Recycling water is a key strategy to reaching United Nations’ Goals
Robust adoption of water reuse plays a key role in sustainable development as defined by the United Nations Sustainable Development Goals (SDGs). SDG 6, “access to water and sanitation for all,” is frequently considered one of the most important because many other SDGs depend on it. A close look at the SDG 6 targets explains the importance of water reuse, also known as water recycling.
SDG 6.1 targets “universal and equitable access to safe and affordable drinking water for all.” With climate change, growing populations, and environmental pollution, water fit for drinking is increasingly scarce. It seems senseless to use it where nonpotable water would suffice for landscaping irrigation, industrial processes, and other applications.
Frequently, business, industry, and agriculture must compete for scarce drinking water when they could safely use highly treated wastewater instead. Reuse increases access to drinking water and lowers costs for agriculture, business, and industry.
SDG 6.2 targets sanitation for all. Toilets need water, and recycled water can supply it cheaply. Partnership with wastewater treatment systems and investment in purple pipe systems for nonpotable water offer affordable water for toilet flushing while lowering the cost of sanitation.
SDG 6.3 targets water quality, addressing pollution that contaminates precious drinking water. It seeks to halve the proportion of untreated wastewater, and seeks to increase recycling and safe reuse around the world.
SDG 6.4 targets more efficient use of water to cut water withdrawals to sustainable levels, preventing crises before they start. In this step, water reuse increases water efficiency so dramatically that it is frequently not grouped under the rubric of efficiency but is considered a new water source in its own right. Reuse is one of the most important strategies for efficient water use.
SDG 6.5 is a complex target of water management across all boundaries, so it does not relate directly to specific strategies like reuse. However, SDG 6.5 efforts would need to address water recycling to get the most dramatic results from better water management cooperation.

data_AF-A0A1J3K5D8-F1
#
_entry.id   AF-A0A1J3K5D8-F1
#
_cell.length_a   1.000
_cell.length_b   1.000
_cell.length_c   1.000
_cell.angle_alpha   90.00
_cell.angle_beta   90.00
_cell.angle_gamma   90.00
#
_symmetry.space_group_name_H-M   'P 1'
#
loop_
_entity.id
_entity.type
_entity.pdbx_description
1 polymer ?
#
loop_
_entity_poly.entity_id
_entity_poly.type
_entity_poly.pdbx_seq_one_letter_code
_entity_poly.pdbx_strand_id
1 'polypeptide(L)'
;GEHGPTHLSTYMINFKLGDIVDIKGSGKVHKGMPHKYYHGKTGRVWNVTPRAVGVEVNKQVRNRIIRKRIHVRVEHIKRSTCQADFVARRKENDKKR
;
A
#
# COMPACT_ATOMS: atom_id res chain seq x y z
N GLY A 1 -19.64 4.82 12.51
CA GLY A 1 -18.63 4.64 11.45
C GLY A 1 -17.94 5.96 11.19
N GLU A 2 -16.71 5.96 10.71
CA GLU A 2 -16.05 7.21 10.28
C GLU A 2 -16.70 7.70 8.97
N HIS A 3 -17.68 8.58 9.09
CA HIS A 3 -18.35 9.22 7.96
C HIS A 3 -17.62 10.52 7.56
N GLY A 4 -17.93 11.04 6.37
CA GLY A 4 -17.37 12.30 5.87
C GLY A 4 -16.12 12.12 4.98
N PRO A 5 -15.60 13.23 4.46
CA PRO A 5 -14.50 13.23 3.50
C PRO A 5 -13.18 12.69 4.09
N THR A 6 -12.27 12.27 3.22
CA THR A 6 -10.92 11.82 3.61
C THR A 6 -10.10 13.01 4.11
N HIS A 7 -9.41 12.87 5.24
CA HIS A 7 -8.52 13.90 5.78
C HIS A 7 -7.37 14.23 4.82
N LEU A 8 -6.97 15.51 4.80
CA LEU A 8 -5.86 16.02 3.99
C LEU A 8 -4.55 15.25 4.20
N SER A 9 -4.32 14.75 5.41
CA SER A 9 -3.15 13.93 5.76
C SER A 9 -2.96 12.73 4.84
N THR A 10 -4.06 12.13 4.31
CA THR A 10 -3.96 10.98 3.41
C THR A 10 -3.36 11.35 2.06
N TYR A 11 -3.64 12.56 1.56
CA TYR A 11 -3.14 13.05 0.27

SDG 6.6 seeks to restore and protect ecosystems at the watershed level, from mountaintops to aquifers. By nature, safe water reuse systems eliminate environmental discharges of untreated polluted water. The treated effluent can recharge aquifers and surface water bodies and support ecosystems.
SDG 6A seeks to expand international cooperation to extend water recycling and reuse to the developing world, along with other initiatives such as water harvesting and desalination.
SDG 6B seeks to promote local community participation in water and sanitation improvements. In this goal it is important to acknowledge a significant impediment to water reuse: pipe cost. Pipeline construction to distant treatment plants frequently costs more than the plants themselves, and for a local community to reuse its wastewater, a second pipeline must be constructed to bring the effluent home. That means higher pumping costs as well.
Newer, modular equipment makes decentralized treatment doable. In decentralized approach, smaller plants can be commissioned more easily in local service areas so that long pipelines are not required, dramatically slashing costs. Even more important to SDG 6B, constructing a local plant can increase community control and participation.
Water reuse is the greatest missed opportunity for many water systems. Contact Seven Seas Water Group to explore the world of sustainable development with our large-scale systems and small, modular plants. And with Water-as-a-Service®, many areas can get the reuse infrastructure they need with no upfront cost.
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